Bernard van Orley (Brussels, between 1487 and 1491 – Brussels, 6 January 1541), also called Barend van Orley, Bernaert van Orley or Barend van Brussel, was a significant Flemish Northern Renaissance painter and draughtsman, and also a leading designer of tapestries and stained glass. He is counted among a group of painters belonging to the Romanism school of painting, who has not been given enough attention by the general public.
The painted wing panels of the sculpted Saluzzo retable are attributed to Valentin van Orley, describing the Life of St. Joseph (c.1510). The retable itself is Gothic in style, but these wing panels already show some characteristic of the Renaissance style (City Museum of Brussels). The panels of the Life of St. Roch in the Saint James' Church, Antwerp have been ascribed to Everard van Orley.
In 1512 Bernard van Orley married Agnes Seghers. In 1539, shortly after her death, he married Catherina Helluick. He had in total six children. His four boys followed in the footsteps of their father and also became painters.
1) Valentin van Orley (1466-1532) : Philipp van Orley (c.1491-1566) (designer of tapestry cartoons); Bernard van Orley (1492?-1542?), painter and tapestry designer; Everard van Orley (born after 1491), painter; Gomar van Orley, painter (active around 1533).
2) Bernard van Orley : Michael van Orley; Hieronymus I van Orley, painter (active around 1567-1602); Giles van Orley, painter (c.1535-1553)
3) Giles van Orley (c.1535-1553) : Hieronymus II van Orley (painter and decorator)
4) Hieronymus II van Orley : Hieronymus III van Orley, portrait painter, decorator, etcher (documented in 1652); Pieter van Orley (1638- after 1708), miniaturist and landscape painter; François van Orley, history painter; Richard I van Orley
5) Pieter van Orley (1638-1708) : Richard II van Orley (1663-1732), painter and etcher; Jan van Orley (1665-1735), painter and etcher.
Bernard van Orley got his knowledge of the Renaissance style from engravings and a number tapestry cartoons by Raphael for the "Acts of the Apostles", that were present in Brussels between 1516 and 1520. They were to be woven into tapestries for pope Leo X by Pieter van Aalst.
In his early works he continued the traditions of Jan van Eyck, Roger van der Weyden and their followers. But then he gradually began integrating the Italianate motifs of the Renaissance, and representing figure types and the spatial relationship such as found in the works of Raphael.
In 1515 he was asked to take over the commission of a triptych for the Brotherhood of the Holy Cross in a chapel in the Sint-Walburga church in Veurne. He finished and delivered it in 1522. The left panel is on display in the Royal Museum of Fine Arts of Belgium. The front shows Saint Helena meeting the pope in an architectural setting of Renaissance buildings and Italianate motifs. The back is a grisaille painting of Christ falling under the Cross. The right panel is on display in the Galleria Sabauda, Turin, showing Charlemagne receiving the relics of the Passion.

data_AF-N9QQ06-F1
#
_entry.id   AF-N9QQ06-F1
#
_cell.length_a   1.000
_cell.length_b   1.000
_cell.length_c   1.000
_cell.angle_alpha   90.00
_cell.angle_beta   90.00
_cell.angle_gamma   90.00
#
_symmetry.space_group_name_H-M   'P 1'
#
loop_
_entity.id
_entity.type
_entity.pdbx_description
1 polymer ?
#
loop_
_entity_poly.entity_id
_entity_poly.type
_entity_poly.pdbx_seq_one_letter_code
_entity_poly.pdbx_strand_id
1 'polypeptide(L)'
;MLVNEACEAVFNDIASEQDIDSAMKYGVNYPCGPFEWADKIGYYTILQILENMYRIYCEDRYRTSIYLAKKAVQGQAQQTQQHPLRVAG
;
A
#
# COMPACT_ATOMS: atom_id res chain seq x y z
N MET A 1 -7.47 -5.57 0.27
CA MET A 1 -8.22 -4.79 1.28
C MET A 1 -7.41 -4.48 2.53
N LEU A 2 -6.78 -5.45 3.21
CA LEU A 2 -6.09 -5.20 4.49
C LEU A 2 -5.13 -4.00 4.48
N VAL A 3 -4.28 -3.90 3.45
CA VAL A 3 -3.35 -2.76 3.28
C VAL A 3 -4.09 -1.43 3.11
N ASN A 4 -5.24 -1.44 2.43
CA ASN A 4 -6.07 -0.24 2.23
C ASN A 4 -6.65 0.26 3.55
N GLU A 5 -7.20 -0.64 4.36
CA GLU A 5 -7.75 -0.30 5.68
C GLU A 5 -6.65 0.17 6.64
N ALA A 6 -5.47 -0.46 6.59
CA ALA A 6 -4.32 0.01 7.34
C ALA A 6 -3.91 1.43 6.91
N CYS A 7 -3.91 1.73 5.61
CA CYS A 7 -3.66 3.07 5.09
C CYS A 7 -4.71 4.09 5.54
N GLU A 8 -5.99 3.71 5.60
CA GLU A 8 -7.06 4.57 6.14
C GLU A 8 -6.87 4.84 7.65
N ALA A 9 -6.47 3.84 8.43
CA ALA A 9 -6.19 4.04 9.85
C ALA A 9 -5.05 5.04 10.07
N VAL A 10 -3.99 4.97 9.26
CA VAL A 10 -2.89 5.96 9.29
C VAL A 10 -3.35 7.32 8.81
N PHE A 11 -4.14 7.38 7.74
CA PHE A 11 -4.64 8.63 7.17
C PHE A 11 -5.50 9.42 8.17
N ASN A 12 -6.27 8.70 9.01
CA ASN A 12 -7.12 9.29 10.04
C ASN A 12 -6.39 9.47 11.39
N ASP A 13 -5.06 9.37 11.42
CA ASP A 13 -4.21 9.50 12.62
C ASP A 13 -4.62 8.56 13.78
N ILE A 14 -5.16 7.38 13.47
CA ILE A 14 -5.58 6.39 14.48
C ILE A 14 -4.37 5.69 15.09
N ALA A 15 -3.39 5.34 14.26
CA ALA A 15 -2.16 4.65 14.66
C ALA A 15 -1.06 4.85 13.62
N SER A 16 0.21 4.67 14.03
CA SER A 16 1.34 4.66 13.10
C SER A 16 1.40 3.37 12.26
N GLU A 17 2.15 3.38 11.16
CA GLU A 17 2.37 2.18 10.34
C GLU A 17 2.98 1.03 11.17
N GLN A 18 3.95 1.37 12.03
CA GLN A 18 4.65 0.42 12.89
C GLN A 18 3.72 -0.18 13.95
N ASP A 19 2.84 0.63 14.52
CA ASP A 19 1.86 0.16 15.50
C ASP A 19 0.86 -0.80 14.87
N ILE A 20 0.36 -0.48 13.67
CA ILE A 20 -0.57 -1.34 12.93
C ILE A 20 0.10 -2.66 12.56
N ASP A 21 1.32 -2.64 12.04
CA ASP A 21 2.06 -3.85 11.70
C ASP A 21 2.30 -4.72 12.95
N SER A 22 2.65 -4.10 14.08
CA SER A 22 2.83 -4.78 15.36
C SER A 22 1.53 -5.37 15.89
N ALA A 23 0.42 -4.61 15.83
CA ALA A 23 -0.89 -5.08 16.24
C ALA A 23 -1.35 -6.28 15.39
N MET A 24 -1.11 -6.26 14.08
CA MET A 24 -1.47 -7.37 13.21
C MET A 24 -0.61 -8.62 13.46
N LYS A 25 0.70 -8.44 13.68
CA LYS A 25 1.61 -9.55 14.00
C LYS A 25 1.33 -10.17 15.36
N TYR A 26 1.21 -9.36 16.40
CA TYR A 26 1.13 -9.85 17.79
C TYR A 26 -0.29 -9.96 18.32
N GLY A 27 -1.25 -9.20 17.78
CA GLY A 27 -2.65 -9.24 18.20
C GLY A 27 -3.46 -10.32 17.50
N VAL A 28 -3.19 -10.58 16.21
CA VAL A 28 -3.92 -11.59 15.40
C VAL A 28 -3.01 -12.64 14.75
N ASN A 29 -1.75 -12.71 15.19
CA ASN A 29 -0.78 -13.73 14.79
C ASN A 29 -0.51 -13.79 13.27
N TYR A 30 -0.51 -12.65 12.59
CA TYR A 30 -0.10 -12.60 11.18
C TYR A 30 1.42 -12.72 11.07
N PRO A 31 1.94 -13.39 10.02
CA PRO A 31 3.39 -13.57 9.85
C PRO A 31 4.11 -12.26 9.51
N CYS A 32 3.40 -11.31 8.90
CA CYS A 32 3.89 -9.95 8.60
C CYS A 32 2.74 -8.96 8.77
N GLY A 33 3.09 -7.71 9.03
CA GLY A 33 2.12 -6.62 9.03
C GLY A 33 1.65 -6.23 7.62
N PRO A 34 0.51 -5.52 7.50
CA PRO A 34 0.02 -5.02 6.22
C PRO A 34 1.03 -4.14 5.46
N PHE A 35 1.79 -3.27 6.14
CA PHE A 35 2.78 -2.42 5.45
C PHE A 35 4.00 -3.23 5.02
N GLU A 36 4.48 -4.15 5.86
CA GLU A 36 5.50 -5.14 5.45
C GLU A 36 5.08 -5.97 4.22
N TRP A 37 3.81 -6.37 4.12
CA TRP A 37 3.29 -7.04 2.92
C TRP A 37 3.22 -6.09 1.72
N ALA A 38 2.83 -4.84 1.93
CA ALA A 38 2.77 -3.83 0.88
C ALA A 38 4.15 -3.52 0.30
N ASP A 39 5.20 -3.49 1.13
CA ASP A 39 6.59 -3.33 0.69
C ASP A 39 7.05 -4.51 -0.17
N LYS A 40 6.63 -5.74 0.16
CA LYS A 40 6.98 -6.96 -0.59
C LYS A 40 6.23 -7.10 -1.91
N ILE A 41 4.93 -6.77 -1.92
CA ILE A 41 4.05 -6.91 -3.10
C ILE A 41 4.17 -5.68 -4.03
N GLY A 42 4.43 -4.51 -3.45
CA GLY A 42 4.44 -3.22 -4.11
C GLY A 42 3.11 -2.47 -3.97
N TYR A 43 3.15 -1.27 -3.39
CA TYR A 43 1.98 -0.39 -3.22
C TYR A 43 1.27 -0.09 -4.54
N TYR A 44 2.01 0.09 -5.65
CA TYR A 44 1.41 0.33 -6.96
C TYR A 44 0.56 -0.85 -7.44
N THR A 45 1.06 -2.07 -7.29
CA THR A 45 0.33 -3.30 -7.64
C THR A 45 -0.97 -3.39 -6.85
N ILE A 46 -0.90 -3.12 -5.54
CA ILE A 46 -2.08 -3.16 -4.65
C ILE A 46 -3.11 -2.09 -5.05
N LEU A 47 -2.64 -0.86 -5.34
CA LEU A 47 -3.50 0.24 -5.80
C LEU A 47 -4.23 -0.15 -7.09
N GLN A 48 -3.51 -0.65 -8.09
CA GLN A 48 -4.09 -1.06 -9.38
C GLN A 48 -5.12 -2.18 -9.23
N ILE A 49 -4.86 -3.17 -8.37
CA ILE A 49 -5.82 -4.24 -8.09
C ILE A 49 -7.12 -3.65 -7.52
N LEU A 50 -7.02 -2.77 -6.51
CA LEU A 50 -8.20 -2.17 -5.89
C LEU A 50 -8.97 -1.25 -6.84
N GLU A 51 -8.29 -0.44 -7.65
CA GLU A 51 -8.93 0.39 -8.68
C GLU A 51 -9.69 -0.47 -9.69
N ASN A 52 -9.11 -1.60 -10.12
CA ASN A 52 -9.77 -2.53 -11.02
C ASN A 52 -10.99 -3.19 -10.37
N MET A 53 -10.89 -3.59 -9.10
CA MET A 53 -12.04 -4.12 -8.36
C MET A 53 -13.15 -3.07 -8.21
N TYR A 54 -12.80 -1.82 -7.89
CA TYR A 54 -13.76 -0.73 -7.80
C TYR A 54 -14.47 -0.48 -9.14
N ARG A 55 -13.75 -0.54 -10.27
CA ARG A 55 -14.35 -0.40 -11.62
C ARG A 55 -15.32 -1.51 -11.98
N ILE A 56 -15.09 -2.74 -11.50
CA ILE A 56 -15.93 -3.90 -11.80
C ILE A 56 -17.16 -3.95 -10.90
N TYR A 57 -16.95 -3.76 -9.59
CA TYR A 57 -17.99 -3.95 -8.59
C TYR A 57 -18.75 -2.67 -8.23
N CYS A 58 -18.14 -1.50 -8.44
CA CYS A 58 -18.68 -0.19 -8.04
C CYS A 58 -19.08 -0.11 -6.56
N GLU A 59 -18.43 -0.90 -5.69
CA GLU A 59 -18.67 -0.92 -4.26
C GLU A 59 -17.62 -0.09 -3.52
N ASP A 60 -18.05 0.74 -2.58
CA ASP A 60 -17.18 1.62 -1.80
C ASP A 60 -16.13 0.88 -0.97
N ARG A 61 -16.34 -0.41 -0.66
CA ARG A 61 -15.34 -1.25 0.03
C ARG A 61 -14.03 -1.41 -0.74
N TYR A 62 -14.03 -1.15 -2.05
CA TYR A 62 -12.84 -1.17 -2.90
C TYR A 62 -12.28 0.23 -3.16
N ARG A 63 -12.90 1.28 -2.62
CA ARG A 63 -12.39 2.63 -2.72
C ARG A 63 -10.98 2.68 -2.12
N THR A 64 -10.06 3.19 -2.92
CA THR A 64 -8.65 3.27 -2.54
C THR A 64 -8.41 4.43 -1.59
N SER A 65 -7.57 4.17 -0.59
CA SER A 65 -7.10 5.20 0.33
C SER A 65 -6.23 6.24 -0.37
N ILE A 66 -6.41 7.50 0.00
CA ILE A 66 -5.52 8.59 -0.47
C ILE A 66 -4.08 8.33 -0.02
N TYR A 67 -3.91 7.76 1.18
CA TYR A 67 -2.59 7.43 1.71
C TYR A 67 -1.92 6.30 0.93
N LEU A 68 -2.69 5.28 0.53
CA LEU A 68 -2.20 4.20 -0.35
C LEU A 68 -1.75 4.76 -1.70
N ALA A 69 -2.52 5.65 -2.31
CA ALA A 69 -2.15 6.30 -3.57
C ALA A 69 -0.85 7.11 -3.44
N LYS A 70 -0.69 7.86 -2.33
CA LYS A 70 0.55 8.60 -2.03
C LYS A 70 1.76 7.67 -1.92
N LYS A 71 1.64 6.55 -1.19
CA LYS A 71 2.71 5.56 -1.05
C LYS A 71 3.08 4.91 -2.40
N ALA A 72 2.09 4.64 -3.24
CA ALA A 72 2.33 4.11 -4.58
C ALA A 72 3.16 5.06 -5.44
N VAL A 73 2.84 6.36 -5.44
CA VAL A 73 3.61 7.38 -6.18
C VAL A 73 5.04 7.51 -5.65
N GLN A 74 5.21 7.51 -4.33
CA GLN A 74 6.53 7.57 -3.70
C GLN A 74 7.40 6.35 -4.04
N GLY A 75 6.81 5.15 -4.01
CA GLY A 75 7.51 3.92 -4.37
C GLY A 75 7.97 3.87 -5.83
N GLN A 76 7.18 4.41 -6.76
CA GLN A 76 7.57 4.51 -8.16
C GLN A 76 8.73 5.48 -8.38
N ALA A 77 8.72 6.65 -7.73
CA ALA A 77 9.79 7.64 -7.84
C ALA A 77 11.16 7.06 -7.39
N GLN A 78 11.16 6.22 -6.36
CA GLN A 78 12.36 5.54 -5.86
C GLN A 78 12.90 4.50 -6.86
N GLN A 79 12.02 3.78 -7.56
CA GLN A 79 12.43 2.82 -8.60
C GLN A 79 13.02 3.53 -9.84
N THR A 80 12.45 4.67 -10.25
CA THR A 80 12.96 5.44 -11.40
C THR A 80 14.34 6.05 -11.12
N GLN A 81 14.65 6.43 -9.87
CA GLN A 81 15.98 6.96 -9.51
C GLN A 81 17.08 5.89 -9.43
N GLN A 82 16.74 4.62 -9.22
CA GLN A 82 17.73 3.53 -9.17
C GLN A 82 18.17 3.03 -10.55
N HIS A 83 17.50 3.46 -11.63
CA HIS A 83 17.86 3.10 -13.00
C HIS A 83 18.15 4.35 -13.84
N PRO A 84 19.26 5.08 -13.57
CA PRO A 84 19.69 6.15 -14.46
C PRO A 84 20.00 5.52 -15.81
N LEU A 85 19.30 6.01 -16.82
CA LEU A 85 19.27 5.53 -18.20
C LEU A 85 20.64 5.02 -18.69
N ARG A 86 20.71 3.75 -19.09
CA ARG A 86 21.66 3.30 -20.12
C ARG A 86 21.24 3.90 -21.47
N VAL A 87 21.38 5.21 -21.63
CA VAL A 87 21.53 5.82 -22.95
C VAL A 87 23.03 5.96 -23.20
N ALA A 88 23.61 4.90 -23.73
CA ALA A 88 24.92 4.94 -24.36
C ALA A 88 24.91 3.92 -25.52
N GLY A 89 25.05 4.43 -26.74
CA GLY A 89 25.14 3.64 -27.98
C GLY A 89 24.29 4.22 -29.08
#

From 1515 on, he and his workshop received many orders for portraits, including from the royal family and from people connected to the court. In 1516 he painted seven portraits of Charles, who had just become King of Spain, and portraits of his brother Ferdinand, the later King of Hungary, and his four sisters (destined for the King of Denmark).
The 1516 painted copy of the Shroud of Turin, commonly attributed to Albrecht Dürer, is also sometimes attributed to Bernard van Orley.
By 1517 he was recognized as a master in the Antwerp Guild of St. Luke
On 23 May 1518 he was appointed as the official court painter to the Regent of the Netherlands Margarete of Austria, replacing Jacopo d'Barbari. In this position, he became the head of an important workshop, making him one of the first entrepreneurial artists in Northern Europe. With this workshop he produced paintings and, especially after 1525, became a leading designer of tapestry cartoons and stained glass windows. He held this position till 1527 when he, his family and several other artists, fell in disgrace because of their Protestant sympathies. The family van Orley fled Brussels and settled in Antwerp. Five years later, when he was reinstated by the new Regent of the Netherlands Maria of Austria, he returned to Brussels. After his death in 1541, he was succeeded as court painter by his pupil Michael Coxcie.
Among his most important paintings is the "Triptych of Virtue of Patience" (Royal Museums of Fine Arts of Belgium, Brussels), also called the Job altarpiece, commissioned in 1521 by Margaret of Austria to illustrate a poem she wrote about the virtue of patience. The interior panels represent the trials of Job, while the outer panels recount the parable of Lazarus and Dives (instead of the usual grisaille paintings of saints). This triptych is completely by the hand of Bernard van Orley. He must have been especially proud of his work as he signed it by 'ELX SYNE TYT' (each his own time). This relates to his artistic opinion that an artist should be a man fully integrated in his time.
The same museum houses another triptych by the same painter : the "Haneton triptych ". This triptych was commissioned by Philippe Haneton, first secretary in the Secret Counsel of Charles V. The middle panel depicts a poignant pieta against an archaic golden background, painted in a very personal style with influences of the Flemish Primitives and Albrecht Dürer. Bernard van Orley was, together with Jan Gossaert, among the first to introduce strong musculature in Flemish paintings. The left panel shows Philippe Haneton and his sons, and the right panel his wife and her daughters.
The triptych "The Last Judgment" (Koninklijk Museum voor Schone Kunsten Antwerpen), painted on commission by the almoners of the Cathedral of Our Lady, Antwerp in 1525, is one of his best works through its originality and his mastership. The paintings in grisaille on the back were executed by Peter de Kempeneer, who was, at that time, an apprentice in the workshop of Bernard van Orley.
The Altarpiece of Calvary in the Onze-Lieve-Vrouwekerk in Bruges, dates from 1534. It was commissioned by Margaret of Austria originally for the funeral monument in the church of Brou in Bourg-en-Bresse in Burgundy. The side panels were finished much later by Marcus Gerards the Elder and brought to Bruges by Margaret of Parma, regent of the Netherlands under king Philip II of Spain. The central part represent the Calvary, the left panel the Crown of Thorns, the Scourging of Christ and Christ carrying the Cross. The right panel depicts the Pieta and the Limbo of the Just.